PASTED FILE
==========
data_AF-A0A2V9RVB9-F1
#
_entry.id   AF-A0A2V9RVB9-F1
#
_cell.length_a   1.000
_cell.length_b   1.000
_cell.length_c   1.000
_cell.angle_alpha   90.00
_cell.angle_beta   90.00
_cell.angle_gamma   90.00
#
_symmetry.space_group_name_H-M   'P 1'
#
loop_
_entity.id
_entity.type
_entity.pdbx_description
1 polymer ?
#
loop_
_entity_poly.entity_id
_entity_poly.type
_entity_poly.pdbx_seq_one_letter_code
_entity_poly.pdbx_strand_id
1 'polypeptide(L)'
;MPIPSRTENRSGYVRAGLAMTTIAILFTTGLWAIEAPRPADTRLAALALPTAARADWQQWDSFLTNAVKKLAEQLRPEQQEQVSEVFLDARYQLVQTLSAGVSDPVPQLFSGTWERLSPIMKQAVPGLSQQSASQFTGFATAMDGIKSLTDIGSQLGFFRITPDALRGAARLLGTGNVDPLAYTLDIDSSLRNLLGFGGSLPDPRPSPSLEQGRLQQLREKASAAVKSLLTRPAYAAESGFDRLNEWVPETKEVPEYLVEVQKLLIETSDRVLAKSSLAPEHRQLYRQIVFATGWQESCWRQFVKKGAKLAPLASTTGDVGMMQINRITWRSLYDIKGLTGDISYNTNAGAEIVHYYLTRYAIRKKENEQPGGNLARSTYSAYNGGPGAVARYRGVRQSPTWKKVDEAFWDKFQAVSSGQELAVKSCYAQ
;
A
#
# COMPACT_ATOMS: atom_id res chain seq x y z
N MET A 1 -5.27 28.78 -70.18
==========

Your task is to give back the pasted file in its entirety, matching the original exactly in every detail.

data_AF-A0A2V9RVB9-F1
#
_entry.id   AF-A0A2V9RVB9-F1
#
_cell.length_a   1.000
_cell.length_b   1.000
_cell.length_c   1.000
_cell.angle_alpha   90.00
_cell.angle_beta   90.00
_cell.angle_gamma   90.00
#
_symmetry.space_group_name_H-M   'P 1'
#
loop_
_entity.id
_entity.type
_entity.pdbx_description
1 polymer ?
#
loop_
_entity_poly.entity_id
_entity_poly.type
_entity_poly.pdbx_seq_one_letter_code
_entity_poly.pdbx_strand_id
1 'polypeptide(L)'
;MPIPSRTENRSGYVRAGLAMTTIAILFTTGLWAIEAPRPADTRLAALALPTAARADWQQWDSFLTNAVKKLAEQLRPEQQEQVSEVFLDARYQLVQTLSAGVSDPVPQLFSGTWERLSPIMKQAVPGLSQQSASQFTGFATAMDGIKSLTDIGSQLGFFRITPDALRGAARLLGTGNVDPLAYTLDIDSSLRNLLGFGGSLPDPRPSPSLEQGRLQQLREKASAAVKSLLTRPAYAAESGFDRLNEWVPETKEVPEYLVEVQKLLIETSDRVLAKSSLAPEHRQLYRQIVFATGWQESCWRQFVKKGAKLAPLASTTGDVGMMQINRITWRSLYDIKGLTGDISYNTNAGAEIVHYYLTRYAIRKKENEQPGGNLARSTYSAYNGGPGAVARYRGVRQSPTWKKVDEAFWDKFQAVSSGQELAVKSCYAQ
;
A
#
# COMPACT_ATOMS: atom_id res chain seq x y z
N MET A 1 -5.27 28.78 -70.18